Saturday, December 28, 2013

8 Ways to Raise a Money-Wise Child

My daughter voiced a desire to learn about all the holiday traditions, most likely in an effort to score more presents. So far we have attended a Hanukkah party, celebrated our traditional Christmas and are now on to Kwanzaa. Kwanzaa is a week-long celebration honoring African-American heritage and centers around seven core principles. I always thought it originated in Africa, but it actually was created in California in the late 1960's. Each of the seven days of Kwanzaa focuses on one of the seven qualities (I have simplified the definitions based on the song The Seven Principles by Sweet Honey In the Rock):

  • Umoja-Unity that brings us together.
  • Kujichagulia-We will determine who we are.
  • Ujima-Working and building our union.
  • Ujamaa-We'll spend our money wisely.
  • Nia-We know the purpose of our lives.
  • Kuumba-All that we touch is more beautiful.
  • Imani-We believe that we can, we know that we can, we will anyway.  

Since tomorrow is the day of Ujamaa (and since my daughters received some cash as gifts) we are going to use this week to talk about managing money. In the past, I have done this for my girls (read: stolen their money when they weren't looking and stuck it in the bank for them). But now that the Tooth Fairy has been making regular visits, my oldest daughter has managed to amass a small fortune. Here is what I plan to do:

  • Sit with my daughters and count up what they have saved and talk to them about what they have received.
  • Teach them to divide their funds 10-10-10-70. 10% will go to giving, 10% will go to savings, 10% will go to an investment fund and the remaining 70% is theirs to spend. I plan to demonstrate this using a dollar broken down into dimes--this way they can see how each dollar is divided (and they still get to spend most of it).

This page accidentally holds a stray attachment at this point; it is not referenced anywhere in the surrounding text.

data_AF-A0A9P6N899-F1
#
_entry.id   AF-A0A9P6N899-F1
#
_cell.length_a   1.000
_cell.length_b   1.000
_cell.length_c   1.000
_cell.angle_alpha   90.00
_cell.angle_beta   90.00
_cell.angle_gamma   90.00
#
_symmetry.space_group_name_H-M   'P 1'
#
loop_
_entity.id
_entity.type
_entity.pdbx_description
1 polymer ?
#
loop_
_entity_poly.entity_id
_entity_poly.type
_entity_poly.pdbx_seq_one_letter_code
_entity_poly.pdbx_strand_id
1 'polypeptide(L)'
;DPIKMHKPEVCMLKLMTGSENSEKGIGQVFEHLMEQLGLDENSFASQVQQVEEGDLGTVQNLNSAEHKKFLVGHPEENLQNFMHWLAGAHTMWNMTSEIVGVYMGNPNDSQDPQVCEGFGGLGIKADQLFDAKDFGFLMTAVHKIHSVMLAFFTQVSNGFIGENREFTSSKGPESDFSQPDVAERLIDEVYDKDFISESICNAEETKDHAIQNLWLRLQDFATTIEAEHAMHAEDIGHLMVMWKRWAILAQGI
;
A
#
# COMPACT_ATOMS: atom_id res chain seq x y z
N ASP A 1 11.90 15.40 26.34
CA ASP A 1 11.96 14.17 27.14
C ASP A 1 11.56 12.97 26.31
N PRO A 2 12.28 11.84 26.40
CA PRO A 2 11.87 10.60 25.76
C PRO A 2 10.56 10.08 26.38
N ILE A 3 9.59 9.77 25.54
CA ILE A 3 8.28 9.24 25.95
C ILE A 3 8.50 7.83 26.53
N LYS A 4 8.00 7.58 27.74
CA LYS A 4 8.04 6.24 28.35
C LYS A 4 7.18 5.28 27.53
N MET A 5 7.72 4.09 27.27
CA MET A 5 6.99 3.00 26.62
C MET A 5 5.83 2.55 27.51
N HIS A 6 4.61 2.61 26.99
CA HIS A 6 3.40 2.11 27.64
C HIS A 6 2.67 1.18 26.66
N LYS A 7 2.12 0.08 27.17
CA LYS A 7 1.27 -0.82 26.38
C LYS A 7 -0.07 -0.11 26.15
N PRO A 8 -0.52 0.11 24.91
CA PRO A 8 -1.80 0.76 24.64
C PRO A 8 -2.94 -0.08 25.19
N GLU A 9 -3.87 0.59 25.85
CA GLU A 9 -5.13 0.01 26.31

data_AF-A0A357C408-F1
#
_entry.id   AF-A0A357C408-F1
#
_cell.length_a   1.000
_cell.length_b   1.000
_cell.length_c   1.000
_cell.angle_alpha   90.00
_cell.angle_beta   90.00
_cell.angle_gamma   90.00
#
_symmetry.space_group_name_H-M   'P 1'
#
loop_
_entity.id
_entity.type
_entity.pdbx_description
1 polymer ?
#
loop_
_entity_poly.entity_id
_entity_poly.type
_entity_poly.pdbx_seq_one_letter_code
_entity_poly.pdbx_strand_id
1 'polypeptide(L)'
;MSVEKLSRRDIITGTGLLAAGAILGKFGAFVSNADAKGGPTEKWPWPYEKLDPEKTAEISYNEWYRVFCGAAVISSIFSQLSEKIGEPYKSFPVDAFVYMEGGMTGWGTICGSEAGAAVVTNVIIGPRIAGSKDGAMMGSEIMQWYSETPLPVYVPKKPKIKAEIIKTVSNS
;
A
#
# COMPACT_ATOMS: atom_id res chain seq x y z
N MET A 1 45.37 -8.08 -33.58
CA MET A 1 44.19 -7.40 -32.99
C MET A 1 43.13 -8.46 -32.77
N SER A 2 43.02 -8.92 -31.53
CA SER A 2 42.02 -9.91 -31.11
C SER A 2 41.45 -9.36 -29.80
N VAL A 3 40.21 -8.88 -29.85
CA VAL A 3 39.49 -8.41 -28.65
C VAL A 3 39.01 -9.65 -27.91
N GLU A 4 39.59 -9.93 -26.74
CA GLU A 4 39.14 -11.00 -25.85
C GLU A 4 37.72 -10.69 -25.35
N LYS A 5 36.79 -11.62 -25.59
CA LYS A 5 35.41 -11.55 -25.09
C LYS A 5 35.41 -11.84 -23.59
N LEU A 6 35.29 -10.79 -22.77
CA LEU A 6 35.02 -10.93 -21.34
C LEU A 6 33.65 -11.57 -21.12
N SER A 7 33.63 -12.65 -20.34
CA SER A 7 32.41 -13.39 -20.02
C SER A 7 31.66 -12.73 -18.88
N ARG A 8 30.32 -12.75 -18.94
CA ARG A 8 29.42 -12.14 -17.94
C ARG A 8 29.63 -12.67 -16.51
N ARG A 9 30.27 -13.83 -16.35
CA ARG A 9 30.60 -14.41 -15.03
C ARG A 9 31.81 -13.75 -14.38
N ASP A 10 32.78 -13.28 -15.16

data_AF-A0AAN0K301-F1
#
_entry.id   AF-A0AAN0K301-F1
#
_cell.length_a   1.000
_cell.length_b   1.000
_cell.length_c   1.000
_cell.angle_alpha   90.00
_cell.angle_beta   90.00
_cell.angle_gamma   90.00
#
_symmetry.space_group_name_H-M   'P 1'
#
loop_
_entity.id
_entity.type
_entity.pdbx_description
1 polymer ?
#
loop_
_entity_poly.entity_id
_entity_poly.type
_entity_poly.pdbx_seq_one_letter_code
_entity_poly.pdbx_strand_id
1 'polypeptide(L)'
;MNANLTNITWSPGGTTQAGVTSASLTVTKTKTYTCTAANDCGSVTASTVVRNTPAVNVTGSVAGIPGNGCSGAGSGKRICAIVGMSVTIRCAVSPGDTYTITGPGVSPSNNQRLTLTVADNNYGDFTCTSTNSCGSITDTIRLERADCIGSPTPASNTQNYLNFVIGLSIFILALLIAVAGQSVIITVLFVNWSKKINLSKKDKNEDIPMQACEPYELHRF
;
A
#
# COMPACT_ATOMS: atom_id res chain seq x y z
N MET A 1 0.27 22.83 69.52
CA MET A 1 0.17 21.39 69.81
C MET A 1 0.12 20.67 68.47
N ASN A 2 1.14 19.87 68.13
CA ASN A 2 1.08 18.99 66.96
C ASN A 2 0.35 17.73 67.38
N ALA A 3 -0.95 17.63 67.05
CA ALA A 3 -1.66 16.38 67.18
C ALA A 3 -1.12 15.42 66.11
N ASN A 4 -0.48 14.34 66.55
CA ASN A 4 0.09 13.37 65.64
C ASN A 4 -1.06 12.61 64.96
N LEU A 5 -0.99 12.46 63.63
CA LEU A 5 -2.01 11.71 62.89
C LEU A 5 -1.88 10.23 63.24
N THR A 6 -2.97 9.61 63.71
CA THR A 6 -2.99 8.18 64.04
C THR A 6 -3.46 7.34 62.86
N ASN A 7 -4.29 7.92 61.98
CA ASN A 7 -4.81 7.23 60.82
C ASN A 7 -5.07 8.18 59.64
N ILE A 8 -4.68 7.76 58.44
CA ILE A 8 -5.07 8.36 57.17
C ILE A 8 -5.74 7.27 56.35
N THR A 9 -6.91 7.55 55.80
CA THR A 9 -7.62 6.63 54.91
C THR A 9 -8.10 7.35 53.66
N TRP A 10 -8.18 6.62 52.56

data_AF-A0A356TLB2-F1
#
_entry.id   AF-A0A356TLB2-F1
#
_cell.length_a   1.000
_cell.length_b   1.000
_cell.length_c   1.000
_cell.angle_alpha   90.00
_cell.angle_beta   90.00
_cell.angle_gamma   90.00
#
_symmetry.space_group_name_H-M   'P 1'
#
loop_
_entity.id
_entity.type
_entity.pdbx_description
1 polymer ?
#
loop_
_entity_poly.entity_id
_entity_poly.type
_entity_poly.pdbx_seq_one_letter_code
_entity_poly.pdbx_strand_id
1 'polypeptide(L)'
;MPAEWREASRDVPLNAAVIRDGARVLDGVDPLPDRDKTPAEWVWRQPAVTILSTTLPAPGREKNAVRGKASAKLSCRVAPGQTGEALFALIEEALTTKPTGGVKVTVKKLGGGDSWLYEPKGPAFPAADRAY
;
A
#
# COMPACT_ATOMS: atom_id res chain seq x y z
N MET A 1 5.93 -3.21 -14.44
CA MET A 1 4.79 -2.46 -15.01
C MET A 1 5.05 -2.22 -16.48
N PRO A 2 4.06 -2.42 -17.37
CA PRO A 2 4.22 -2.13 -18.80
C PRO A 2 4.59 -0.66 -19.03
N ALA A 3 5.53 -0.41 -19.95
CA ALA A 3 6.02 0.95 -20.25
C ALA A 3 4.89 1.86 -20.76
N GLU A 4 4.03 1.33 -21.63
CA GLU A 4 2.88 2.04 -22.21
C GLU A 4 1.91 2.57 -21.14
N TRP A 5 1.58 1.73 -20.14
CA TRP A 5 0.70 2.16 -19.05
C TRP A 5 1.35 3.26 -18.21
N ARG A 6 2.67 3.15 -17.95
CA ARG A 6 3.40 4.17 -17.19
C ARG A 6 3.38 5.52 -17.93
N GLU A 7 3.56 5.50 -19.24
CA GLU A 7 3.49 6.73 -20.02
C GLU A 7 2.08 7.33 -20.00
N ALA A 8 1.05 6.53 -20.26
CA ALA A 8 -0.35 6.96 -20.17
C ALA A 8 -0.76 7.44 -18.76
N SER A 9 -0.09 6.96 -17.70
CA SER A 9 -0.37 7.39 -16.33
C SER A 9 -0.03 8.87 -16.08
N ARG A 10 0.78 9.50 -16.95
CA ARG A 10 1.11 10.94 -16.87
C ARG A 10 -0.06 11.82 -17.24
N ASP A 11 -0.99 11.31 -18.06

• Ask them how they would like to give---this can be people/organizations for those in need or establishments that help them grow (schools, studios, sports teams, recreation centers) etc.
  • Set savings goals--it may help a child be more willing to delay the gratification of spending if they can be reminded of the coming benefit of saving (Oh you want to buy 7000 rainbow stickers? That will take away from your bike fund). I plan to set a short-term savings goal with them to determine what they might want to use their spending money for, as well as a long-term savings goal that they will use their savings for.
  • Look into opening a savings account at a local credit union or bank. Teach them about bank fees, interest rates and the "small print" of the banking agreement. For older kids, you might want to discuss the challenges and benefits of debit cards, credit cards and using cash.
  • Talk about investing. I am still learning about investing and until I learn more about where to steer my child, we will most likely put it in a 529 fund for college.
  • Let them make mistakes-(7000 rainbow stickers it is!) 
  • Be an example of wise money-handling.  Let them in on bill paying, budgeting, banking and savings and that time you splurged on a pair of shoes/tools/car/Vegas without planning ahead.

Here are a few links to help you get started this week. This is a big undertaking, but a very valuable lesson. Joyous Kwanzaa!

5 Ways to Raise a Financially Responsible Kid

4 money lessons for kids to master


  1. This is wonderful! Happy Holidays to you and your family! xo

    1. Thanks so much for reading, Wendy. Please feel free to share it with your community. Happy New Year!!

  2. Where were your wise comments when I was raising my kids? Oh yeah, you were a baby! Good job, Jessica.

    1. Thanks, Nancy and thanks for reading! I hope you are well!


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